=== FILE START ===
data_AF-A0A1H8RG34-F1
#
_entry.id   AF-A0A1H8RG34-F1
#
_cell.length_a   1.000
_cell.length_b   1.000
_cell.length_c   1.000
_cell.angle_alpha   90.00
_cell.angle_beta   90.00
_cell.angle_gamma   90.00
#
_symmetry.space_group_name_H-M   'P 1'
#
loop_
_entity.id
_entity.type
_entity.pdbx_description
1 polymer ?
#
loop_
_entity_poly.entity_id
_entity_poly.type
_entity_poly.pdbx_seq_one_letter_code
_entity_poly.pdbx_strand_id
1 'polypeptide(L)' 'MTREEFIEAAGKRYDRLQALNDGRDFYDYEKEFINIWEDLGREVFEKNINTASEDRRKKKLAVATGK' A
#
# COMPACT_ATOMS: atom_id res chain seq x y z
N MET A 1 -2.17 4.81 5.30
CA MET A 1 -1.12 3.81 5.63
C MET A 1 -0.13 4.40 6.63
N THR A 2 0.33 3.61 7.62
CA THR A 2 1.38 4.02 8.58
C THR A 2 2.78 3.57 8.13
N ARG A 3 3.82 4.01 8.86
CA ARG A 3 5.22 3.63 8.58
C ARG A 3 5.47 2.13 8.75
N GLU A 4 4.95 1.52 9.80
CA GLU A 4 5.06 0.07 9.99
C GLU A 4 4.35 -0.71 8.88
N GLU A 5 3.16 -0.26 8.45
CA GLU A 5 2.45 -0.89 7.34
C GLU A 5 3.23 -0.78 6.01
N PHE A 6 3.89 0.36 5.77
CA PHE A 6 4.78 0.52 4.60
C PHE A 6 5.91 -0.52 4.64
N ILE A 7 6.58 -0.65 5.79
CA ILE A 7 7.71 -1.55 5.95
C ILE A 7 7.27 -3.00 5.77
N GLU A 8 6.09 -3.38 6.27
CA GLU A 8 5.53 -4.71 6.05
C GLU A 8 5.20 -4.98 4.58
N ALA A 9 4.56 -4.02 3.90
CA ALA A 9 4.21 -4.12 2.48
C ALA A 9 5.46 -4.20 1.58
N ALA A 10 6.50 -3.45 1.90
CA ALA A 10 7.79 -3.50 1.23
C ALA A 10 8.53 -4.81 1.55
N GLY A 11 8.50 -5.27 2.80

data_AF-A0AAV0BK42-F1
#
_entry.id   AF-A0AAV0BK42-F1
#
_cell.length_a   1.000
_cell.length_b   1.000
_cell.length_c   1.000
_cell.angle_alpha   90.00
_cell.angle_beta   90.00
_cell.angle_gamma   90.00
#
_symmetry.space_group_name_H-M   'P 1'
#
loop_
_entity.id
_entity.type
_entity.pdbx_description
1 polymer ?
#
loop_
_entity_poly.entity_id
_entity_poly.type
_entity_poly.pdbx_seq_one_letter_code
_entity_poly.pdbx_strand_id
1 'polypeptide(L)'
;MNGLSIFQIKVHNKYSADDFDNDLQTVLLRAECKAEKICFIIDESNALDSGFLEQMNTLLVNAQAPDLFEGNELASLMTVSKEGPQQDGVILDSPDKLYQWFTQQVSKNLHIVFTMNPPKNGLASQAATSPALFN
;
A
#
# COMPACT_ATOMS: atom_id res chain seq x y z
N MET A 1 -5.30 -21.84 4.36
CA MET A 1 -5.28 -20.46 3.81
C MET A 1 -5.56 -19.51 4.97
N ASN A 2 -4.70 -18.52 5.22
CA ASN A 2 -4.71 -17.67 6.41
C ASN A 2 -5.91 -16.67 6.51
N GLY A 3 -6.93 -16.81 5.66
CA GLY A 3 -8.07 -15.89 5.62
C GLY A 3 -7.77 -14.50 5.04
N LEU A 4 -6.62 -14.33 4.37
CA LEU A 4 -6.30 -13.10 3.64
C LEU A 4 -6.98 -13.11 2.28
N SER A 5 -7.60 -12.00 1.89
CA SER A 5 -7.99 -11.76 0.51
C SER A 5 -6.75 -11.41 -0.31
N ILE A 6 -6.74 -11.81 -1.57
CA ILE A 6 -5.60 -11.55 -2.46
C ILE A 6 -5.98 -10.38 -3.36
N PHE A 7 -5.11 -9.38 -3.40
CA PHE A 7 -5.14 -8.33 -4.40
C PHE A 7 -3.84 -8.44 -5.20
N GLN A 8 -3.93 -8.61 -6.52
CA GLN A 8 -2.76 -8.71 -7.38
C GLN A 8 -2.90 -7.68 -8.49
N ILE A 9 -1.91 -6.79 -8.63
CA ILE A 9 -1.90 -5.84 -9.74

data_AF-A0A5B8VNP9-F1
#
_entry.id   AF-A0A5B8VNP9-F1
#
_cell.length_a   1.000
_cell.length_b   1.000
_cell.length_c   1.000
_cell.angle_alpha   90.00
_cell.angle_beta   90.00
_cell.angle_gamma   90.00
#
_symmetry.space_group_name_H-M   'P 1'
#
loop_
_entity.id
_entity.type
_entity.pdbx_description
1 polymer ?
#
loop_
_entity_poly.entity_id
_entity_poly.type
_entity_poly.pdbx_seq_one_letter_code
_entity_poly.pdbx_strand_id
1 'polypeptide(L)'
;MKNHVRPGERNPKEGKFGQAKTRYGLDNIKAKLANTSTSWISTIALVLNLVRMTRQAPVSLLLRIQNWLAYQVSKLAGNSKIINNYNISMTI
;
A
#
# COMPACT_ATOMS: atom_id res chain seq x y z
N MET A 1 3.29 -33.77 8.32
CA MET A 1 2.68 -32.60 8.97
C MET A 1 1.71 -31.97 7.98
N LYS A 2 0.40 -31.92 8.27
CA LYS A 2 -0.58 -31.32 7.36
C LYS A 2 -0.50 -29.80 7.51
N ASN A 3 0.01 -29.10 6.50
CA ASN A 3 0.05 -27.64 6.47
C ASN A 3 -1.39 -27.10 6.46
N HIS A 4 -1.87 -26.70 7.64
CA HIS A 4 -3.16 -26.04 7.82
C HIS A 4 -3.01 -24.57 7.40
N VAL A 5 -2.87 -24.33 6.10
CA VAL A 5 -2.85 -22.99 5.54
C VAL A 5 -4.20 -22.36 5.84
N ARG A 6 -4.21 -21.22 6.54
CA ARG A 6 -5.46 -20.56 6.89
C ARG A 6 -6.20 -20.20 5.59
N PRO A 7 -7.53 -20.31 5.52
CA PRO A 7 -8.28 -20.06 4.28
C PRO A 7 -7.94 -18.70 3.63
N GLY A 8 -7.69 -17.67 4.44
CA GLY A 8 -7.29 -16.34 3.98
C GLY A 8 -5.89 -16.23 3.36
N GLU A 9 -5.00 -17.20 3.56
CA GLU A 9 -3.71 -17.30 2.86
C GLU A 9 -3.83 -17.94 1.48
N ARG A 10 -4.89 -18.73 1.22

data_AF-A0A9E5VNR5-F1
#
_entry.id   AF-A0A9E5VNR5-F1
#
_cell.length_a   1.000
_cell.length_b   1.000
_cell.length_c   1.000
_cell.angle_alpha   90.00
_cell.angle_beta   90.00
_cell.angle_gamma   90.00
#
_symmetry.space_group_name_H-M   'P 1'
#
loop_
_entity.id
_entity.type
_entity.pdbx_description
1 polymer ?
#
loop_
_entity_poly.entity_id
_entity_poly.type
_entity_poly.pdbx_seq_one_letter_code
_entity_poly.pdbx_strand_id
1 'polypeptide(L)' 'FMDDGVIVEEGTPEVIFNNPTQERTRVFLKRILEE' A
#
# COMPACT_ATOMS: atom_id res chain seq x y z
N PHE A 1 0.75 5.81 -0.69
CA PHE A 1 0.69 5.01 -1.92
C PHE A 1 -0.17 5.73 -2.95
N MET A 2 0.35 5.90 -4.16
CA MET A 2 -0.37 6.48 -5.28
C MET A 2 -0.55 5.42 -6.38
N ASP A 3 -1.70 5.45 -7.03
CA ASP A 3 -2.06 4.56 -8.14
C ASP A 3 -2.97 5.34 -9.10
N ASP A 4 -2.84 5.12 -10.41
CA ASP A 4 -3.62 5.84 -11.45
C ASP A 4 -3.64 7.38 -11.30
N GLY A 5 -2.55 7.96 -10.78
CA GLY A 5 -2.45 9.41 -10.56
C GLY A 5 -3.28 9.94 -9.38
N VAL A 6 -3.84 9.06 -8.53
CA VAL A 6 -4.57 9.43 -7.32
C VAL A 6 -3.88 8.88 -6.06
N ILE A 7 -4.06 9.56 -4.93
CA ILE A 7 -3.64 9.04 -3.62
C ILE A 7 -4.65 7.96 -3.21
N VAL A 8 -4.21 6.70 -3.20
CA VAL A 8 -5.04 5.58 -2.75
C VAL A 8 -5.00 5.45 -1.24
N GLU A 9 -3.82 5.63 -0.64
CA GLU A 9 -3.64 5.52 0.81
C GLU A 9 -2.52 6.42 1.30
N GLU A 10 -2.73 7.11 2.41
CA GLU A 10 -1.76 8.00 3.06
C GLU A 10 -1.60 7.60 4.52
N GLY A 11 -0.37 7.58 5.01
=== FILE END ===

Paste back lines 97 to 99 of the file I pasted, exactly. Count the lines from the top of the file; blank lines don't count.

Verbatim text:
C GLY A 3 -7.77 -14.50 5.04
N LEU A 4 -6.62 -14.33 4.37
CA LEU A 4 -6.30 -13.10 3.64